Strike off as bosses finally get the Hinkley Point
GMB and Unite members had been preparing to strike since last month overwhelmingly rejecting a pay offer. The client EDF and the main contractor BYLOR (the principal contractor Laing O’Rourke and Bouygues TP) have since proposed a revised offer that will see workers receiving pay levels that are up to 36% above the minimum pay rates agreed by the Construction Industry Joint Council.
By incorporating a large amount of the previous bonus payments into the basic rate, workers will see holiday pay, overtime rates and pension contributions increase. Workers will also receive back pay from the period between 1 January 2017 and 31 May 2017, when the interim bonus scheme was introduced.
There are more than 1,000 workers engaged on the civil engineering project at Hinkley Point and the development is the largest construction site in Europe.
Unite regional secretary Peter Hughes said: “This is a landmark agreement which will now set the benchmark for pay rates on flagship construction projects throughout the UK.
“The pay rates agreed at Hinkley Point will provide a significant boost to the local economy and together with the ambitious apprenticeship programme on the project, will generate much needed skills boost and investment in the south west region. The determination of EDF to broker a deal was critical in ensuring the pay negotiations were satisfactorily resolved.”
Unite’s lead convenor at Hinkley Point Malcolm Davies said: “The negotiations have been protracted but the unity of the workers on the project has ensured that we have finally arrived at a pay deal which properly financially rewards the workforce.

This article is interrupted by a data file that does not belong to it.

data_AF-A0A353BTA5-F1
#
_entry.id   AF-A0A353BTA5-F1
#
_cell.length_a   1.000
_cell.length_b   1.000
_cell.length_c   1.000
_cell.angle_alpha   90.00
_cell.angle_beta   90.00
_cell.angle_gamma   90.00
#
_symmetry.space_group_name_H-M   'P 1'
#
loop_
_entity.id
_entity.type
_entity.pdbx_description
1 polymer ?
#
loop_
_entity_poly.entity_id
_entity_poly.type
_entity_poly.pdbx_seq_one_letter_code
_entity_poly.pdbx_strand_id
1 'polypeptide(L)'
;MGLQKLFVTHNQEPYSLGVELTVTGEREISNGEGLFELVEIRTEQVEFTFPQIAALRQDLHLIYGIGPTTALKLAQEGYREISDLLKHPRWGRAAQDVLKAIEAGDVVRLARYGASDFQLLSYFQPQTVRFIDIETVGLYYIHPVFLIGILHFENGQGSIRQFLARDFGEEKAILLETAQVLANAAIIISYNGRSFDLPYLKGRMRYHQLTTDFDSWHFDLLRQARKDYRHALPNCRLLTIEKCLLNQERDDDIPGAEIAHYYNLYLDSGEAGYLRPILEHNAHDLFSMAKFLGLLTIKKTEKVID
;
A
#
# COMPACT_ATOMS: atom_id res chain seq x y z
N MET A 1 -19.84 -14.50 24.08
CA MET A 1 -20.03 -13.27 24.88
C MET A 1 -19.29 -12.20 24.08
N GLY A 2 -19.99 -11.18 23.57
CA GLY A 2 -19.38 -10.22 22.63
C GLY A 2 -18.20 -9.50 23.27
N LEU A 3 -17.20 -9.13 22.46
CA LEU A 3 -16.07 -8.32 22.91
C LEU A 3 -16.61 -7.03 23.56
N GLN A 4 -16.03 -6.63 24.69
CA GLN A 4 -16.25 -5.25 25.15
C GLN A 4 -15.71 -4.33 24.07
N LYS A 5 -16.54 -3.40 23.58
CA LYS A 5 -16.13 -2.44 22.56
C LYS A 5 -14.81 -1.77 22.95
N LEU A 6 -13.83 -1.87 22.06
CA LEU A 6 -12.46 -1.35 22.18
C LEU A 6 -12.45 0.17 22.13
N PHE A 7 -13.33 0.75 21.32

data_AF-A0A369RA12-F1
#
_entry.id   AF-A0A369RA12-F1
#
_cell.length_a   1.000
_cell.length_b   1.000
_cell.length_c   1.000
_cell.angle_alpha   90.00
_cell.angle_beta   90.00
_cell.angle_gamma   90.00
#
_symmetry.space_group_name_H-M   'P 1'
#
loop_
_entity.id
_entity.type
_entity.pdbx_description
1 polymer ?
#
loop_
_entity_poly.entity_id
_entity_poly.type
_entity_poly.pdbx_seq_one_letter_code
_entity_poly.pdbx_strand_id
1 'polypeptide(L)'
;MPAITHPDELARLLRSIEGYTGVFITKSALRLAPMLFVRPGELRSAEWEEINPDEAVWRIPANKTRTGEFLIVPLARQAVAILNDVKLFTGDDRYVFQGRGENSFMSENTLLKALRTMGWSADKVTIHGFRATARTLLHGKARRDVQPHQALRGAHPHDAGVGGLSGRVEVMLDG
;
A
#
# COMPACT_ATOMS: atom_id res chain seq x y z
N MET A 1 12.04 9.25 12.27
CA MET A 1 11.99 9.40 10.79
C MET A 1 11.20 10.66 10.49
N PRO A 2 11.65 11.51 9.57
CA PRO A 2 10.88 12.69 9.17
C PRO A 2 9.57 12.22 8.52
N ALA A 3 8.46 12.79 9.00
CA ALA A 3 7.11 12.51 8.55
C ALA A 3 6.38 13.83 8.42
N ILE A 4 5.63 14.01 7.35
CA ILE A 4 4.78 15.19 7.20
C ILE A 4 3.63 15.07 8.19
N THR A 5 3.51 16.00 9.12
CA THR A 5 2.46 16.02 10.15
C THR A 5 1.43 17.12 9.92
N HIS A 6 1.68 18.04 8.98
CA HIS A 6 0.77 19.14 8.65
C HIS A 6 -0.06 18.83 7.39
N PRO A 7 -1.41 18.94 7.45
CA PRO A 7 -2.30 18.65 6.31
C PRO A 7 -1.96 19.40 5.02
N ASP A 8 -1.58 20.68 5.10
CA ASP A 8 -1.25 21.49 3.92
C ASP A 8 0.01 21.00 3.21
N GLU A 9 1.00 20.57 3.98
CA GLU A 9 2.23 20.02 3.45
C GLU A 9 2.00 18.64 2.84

“Unite will continue to ensure that workers at Hinkley are treated fairly and decently and hopefully we are now entering a period of industrial harmony.”
GMB national officer Phil Whitehurst said: “GMB members have voted, in a very positive and responsible manner, to accept EDF’s final offer. The employers side in the negotiation should have declared their hand way before January 2017, but chose to take it to the wire.
“This could have resulted in a trade dispute which would have had devastating consequences to this prestigious project. Let’s now hope that an open and transparent relationship will precipitate from this on the civil construction phase of HPC.”
GMB regional officer Adie Baker said: “GMB members can concentrate on the future now this long running dispute, which had threatened to disrupt progress on the project, has been resolved.
“We will now ensure the negotiated agreements are fully implemented and those members eligible for back payments receive every penny that they are entitled to.”
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